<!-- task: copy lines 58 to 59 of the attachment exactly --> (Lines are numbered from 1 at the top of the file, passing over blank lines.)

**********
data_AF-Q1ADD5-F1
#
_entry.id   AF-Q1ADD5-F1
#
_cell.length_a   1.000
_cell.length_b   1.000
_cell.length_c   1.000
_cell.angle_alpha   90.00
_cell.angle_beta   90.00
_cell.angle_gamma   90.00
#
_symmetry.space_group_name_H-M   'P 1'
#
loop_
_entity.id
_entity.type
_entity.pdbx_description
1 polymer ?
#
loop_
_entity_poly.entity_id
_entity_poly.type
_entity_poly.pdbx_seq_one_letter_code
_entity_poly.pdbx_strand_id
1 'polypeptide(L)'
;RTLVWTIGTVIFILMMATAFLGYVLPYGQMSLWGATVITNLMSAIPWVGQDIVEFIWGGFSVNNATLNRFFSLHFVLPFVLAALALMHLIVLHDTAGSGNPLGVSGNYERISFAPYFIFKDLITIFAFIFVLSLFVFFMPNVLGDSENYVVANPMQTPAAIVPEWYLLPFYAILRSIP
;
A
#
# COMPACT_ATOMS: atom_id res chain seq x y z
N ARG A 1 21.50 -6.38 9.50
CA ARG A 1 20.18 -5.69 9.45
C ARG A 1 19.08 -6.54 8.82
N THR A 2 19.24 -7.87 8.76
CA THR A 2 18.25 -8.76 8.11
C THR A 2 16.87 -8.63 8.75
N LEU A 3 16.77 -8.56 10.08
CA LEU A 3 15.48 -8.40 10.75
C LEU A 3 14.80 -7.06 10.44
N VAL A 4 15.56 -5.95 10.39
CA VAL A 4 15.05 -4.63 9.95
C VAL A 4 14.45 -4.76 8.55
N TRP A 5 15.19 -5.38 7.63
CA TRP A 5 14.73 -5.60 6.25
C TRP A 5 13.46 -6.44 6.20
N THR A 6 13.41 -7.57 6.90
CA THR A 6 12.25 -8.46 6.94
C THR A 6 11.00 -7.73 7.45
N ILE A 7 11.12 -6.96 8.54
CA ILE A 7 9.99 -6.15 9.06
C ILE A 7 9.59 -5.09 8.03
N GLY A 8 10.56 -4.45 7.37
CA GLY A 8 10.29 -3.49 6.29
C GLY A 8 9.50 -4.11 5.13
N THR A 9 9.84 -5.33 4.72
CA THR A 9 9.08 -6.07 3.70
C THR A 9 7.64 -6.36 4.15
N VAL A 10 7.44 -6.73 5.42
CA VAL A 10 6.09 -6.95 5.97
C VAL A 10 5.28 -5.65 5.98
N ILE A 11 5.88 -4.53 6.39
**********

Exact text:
N VAL A 10 7.44 -6.73 5.42
CA VAL A 10 6.09 -6.95 5.97